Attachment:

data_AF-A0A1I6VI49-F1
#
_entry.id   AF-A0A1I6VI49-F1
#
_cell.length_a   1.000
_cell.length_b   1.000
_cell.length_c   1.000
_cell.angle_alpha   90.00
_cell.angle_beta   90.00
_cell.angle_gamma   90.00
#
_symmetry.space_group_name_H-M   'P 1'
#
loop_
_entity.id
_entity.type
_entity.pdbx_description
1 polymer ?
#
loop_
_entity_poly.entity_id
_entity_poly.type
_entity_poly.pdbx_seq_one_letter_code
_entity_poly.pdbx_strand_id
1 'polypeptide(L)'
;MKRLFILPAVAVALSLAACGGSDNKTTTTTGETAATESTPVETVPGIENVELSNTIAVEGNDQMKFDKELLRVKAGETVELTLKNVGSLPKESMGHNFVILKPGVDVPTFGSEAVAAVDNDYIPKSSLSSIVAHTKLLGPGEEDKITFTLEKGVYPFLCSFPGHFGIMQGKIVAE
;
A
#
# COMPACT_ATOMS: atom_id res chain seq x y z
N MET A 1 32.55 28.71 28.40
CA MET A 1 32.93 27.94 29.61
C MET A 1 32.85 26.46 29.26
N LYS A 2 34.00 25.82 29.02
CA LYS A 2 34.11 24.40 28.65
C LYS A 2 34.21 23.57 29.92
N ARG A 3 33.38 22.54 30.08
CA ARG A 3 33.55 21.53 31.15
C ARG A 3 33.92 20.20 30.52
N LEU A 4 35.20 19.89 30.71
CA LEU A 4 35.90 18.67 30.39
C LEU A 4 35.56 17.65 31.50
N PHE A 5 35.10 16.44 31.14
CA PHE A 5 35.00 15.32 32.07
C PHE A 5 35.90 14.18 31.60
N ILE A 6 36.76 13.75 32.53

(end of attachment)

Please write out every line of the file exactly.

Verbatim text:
data_AF-A0A1I6VI49-F1
#
_entry.id   AF-A0A1I6VI49-F1
#
_cell.length_a   1.000
_cell.length_b   1.000
_cell.length_c   1.000
_cell.angle_alpha   90.00
_cell.angle_beta   90.00
_cell.angle_gamma   90.00
#
_symmetry.space_group_name_H-M   'P 1'
#
loop_
_entity.id
_entity.type
_entity.pdbx_description
1 polymer ?
#
loop_
_entity_poly.entity_id
_entity_poly.type
_entity_poly.pdbx_seq_one_letter_code
_entity_poly.pdbx_strand_id
1 'polypeptide(L)'
;MKRLFILPAVAVALSLAACGGSDNKTTTTTGETAATESTPVETVPGIENVELSNTIAVEGNDQMKFDKELLRVKAGETVELTLKNVGSLPKESMGHNFVILKPGVDVPTFGSEAVAAVDNDYIPKSSLSSIVAHTKLLGPGEEDKITFTLEKGVYPFLCSFPGHFGIMQGKIVAE
;
A
#
# COMPACT_ATOMS: atom_id res chain seq x y z
N MET A 1 32.55 28.71 28.40
CA MET A 1 32.93 27.94 29.61
C MET A 1 32.85 26.46 29.26
N LYS A 2 34.00 25.82 29.02
CA LYS A 2 34.11 24.40 28.65
C LYS A 2 34.21 23.57 29.92
N ARG A 3 33.38 22.54 30.08
CA ARG A 3 33.55 21.53 31.15
C ARG A 3 33.92 20.20 30.52
N LEU A 4 35.20 19.89 30.71
CA LEU A 4 35.90 18.67 30.39
C LEU A 4 35.56 17.65 31.50
N PHE A 5 35.10 16.44 31.14
CA PHE A 5 35.00 15.32 32.07
C PHE A 5 35.90 14.18 31.60
N ILE A 6 36.76 13.75 32.53